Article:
Life’s been a little busy recently. I’ve read a few things and meant to note them down, but haven’t had a chance till now. So, in no particular order:
It’s been a bizarre, and disappointing stretch in U.S. politics. Fallows’ Time Capsules feel re-assuring because of the sanity of his writing. He writes from the explicit viewpoint that what is happening is fundamentally different from what has come before. That in itself is re-assuring, and provides a useful counterpoint to a series of headline that can often feel like a bad acid drip. Also welcome is his consistent willingness to highlight false equivalence.
Worth reading if you want to keep on top of major US political developments without feeling your sanity leeching away.
An interesting reflection on how newspapers are responding to Trump. Credit to those who start from principles to reach a principled conclusion, rather than following a party line. Included that is credit to the Dallas Morning News.
This is an interesting piece, based off the work of Donald Hoffman. What if accurate perception of reality isn’t optimal in evolutionary terms?
Short answer: Going beyond the environmental carrying capacity, and unequal distribution and consumption of resources. An intriguing topic; NASA’s conclusion seems in line with the Jared Diamond thesis in Collapse, and doesn’t match the unusual but less compelling Tainter thesis that it has to do with diminishing marginal returns to social complexity.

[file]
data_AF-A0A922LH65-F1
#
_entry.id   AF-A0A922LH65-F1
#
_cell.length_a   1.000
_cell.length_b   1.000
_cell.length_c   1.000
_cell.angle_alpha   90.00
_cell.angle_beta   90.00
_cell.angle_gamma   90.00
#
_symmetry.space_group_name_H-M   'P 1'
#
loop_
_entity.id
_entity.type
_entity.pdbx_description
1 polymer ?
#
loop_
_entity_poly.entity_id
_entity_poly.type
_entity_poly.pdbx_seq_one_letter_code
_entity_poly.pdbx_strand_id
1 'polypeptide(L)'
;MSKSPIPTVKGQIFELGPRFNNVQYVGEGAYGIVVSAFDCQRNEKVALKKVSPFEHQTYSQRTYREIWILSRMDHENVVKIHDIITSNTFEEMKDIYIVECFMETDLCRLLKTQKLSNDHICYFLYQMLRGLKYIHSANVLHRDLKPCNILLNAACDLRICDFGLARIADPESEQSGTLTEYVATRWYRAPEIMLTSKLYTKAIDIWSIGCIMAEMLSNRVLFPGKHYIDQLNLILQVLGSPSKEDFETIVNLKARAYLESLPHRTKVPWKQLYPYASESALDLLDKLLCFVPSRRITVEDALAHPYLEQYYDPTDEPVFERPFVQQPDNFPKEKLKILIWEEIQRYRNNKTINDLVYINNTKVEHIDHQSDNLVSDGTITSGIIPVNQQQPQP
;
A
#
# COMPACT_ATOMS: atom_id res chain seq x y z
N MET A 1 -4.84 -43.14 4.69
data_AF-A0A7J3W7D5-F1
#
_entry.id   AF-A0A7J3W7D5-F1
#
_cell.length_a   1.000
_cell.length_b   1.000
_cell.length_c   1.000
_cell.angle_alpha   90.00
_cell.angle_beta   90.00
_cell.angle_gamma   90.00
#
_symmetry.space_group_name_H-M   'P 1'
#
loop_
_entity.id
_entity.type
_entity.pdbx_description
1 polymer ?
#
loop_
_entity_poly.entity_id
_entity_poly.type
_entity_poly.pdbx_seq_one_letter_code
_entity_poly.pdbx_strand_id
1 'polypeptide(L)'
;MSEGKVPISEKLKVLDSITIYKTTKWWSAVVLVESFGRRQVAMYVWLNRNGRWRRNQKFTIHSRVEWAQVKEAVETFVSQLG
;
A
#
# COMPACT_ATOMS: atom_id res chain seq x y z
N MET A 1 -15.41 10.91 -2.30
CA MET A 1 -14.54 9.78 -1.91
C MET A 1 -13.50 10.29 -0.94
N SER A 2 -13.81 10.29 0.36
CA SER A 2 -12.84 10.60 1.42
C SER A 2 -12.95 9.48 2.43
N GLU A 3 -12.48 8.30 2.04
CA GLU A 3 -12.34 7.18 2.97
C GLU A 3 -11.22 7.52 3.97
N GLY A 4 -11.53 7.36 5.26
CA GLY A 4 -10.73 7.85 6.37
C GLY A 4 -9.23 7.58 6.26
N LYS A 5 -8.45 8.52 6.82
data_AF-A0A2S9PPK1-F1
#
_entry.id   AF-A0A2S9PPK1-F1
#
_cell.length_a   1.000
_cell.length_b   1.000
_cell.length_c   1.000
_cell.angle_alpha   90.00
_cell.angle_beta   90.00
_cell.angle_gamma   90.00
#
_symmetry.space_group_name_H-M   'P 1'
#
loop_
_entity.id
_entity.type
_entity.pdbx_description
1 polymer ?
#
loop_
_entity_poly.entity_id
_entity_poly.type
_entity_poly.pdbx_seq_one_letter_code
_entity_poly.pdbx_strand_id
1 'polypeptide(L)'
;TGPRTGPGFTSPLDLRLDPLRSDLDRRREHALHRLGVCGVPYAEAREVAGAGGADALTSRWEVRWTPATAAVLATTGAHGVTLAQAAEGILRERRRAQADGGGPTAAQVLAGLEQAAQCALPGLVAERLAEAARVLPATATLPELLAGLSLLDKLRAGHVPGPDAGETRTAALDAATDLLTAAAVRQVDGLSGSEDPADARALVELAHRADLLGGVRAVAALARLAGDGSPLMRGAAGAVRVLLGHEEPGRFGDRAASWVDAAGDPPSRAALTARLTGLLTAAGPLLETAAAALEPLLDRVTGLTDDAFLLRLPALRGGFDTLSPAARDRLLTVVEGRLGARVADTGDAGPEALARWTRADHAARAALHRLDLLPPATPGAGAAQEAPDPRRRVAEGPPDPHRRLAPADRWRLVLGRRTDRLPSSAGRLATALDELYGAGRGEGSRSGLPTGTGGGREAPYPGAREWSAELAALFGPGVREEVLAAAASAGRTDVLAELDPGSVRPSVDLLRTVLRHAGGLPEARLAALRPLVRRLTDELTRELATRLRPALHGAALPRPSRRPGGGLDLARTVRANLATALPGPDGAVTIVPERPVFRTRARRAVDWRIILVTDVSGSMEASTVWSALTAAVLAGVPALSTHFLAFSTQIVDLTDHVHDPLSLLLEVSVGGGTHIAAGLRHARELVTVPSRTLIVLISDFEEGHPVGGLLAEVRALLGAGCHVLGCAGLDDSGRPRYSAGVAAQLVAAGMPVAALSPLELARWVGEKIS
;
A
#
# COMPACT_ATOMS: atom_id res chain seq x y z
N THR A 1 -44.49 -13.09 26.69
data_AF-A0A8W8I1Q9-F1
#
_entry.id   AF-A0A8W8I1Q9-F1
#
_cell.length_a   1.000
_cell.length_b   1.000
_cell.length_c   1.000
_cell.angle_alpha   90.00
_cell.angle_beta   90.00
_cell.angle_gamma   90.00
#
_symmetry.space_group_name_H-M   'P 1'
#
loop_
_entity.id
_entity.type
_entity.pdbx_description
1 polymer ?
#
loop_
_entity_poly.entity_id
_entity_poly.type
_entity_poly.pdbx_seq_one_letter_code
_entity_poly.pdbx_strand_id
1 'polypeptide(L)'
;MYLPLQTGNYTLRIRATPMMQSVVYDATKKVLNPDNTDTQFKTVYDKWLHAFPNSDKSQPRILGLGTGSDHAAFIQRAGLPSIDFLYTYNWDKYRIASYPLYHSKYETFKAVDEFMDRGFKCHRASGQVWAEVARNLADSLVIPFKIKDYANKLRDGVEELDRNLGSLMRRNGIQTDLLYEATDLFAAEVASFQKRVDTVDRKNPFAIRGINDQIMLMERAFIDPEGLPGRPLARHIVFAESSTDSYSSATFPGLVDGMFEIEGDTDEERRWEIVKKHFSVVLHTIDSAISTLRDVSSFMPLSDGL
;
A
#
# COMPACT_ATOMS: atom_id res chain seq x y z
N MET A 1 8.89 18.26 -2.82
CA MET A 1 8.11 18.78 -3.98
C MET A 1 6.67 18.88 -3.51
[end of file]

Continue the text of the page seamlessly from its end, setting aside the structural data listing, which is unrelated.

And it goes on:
Lee Drutman writing in Vox
Lee Drutman is an American political scientist. He’s written some excellent pieces over at Vox. They’re long, but well worth the read. Particularly, they’re great examples of taking theories from an academic literature where they’re well understood, and translating them for a broader audience, with a clear application and insightful analysis.
How race and identity became the central dividing line in American politics is a great read, about exactly what it says it is. Why race and identity will remain the dividing line in American politics for a while to come is a follow-up piece that looks at a slightly larger picture, based more on theory, to argue that unfortunately we’re likely to be in this situation for a while.
The good news, argues Drutman, is that as political coalitions realign, we’re likely to see less polarization.
A prescient piece from May argues that the need for a horse-race may drive unequal coverage of the campaigns.